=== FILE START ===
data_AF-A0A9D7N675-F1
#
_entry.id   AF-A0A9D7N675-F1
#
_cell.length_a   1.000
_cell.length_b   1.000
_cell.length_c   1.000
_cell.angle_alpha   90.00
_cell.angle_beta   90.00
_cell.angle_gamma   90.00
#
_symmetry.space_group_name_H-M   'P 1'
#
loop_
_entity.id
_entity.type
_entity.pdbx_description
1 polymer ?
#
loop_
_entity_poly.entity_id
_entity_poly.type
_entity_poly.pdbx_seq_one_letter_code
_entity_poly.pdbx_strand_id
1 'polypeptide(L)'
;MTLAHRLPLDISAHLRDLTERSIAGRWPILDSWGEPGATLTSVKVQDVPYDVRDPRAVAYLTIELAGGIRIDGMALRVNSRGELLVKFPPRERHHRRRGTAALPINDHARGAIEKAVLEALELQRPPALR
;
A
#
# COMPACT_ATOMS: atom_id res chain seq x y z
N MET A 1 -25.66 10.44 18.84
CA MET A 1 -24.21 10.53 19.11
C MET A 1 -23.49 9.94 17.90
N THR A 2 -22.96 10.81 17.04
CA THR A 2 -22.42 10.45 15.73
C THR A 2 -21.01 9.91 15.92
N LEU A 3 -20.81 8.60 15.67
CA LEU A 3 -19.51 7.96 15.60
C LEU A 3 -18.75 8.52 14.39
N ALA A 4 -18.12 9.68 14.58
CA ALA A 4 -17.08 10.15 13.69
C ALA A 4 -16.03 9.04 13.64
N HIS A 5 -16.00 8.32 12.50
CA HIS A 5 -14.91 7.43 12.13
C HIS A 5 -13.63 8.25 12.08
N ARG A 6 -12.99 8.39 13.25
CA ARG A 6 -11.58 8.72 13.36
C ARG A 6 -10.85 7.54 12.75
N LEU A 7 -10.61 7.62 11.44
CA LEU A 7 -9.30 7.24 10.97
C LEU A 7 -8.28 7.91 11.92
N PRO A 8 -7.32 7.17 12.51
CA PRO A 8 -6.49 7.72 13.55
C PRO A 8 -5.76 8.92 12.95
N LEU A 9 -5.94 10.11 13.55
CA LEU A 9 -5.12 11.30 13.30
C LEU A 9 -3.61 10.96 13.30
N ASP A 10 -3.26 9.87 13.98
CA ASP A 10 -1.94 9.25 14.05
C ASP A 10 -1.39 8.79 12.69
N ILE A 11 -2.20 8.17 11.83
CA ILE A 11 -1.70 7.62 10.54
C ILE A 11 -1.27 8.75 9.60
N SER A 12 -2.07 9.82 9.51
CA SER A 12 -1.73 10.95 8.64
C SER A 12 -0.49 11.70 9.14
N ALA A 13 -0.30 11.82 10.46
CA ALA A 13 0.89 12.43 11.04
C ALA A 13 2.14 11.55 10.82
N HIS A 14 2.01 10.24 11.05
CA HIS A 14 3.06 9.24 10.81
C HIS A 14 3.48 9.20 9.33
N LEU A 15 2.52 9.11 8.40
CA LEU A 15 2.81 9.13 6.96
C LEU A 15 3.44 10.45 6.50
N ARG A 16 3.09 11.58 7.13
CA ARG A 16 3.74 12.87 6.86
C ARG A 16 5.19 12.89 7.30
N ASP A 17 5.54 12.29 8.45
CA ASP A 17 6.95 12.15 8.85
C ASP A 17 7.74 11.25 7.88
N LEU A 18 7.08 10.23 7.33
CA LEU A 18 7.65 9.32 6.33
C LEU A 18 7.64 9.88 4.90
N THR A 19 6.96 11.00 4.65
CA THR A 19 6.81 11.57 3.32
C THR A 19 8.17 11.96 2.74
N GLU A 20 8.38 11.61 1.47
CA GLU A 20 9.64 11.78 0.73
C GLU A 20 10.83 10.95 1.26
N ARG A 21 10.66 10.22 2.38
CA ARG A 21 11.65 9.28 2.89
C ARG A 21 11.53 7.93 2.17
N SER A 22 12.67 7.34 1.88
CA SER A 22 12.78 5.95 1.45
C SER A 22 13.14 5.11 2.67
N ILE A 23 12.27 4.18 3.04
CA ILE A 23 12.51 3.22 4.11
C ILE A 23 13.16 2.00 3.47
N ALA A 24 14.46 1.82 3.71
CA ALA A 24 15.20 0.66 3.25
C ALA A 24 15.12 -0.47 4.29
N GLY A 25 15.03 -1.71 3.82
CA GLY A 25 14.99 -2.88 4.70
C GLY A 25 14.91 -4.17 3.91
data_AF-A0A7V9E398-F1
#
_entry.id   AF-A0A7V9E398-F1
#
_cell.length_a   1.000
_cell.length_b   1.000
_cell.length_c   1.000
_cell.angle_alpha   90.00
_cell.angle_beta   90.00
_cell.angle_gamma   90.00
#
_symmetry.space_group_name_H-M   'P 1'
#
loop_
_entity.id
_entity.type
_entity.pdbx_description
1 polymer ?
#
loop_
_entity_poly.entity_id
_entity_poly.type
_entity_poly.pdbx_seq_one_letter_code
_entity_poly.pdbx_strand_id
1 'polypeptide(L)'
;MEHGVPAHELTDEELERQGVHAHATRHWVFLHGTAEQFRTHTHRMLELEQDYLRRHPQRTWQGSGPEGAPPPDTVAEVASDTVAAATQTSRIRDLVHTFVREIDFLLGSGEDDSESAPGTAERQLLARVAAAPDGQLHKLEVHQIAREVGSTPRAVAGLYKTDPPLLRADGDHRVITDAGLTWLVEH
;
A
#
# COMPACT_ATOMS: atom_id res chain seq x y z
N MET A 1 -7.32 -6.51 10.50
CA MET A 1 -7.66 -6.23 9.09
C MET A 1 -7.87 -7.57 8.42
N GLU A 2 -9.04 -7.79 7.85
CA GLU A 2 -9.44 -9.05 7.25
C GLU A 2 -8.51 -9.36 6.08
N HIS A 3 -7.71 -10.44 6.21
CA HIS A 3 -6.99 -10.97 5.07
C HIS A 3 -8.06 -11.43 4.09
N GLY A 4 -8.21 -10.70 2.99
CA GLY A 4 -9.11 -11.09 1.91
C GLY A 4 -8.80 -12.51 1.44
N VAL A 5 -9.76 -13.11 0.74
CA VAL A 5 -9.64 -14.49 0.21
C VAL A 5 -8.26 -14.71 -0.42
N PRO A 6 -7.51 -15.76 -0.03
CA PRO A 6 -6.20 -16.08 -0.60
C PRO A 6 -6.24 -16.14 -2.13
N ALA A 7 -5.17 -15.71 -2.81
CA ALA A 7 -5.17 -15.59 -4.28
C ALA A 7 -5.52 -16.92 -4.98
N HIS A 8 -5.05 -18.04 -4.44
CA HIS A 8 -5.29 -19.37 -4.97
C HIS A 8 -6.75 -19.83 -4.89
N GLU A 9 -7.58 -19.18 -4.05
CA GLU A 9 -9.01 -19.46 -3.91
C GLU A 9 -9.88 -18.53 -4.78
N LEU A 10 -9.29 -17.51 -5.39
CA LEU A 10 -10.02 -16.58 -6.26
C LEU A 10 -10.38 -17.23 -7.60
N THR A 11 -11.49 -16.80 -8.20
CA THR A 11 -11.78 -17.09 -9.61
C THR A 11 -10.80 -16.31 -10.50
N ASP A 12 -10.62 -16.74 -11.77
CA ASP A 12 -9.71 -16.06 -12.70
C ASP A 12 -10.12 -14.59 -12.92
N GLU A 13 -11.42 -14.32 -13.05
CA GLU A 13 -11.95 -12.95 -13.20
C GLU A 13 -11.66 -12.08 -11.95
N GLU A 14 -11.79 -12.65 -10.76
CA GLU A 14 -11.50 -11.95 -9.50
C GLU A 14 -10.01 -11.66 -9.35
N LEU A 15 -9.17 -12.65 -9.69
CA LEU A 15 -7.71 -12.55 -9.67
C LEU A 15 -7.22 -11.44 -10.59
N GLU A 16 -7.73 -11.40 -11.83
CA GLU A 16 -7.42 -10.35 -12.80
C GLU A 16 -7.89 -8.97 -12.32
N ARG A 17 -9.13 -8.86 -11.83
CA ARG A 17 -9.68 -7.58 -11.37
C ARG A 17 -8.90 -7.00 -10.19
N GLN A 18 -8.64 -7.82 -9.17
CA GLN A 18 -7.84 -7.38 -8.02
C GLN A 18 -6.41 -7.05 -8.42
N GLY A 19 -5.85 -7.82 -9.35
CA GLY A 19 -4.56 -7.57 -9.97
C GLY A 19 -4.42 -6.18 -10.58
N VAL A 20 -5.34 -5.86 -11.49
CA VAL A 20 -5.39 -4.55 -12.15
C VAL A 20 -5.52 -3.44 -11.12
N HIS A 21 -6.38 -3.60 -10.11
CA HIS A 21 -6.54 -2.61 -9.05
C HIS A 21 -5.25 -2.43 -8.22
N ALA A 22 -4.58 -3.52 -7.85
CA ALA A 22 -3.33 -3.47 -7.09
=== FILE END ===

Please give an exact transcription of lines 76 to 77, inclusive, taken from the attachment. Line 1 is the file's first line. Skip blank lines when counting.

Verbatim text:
N ARG A 16 3.09 11.58 7.13
CA ARG A 16 3.74 12.87 6.86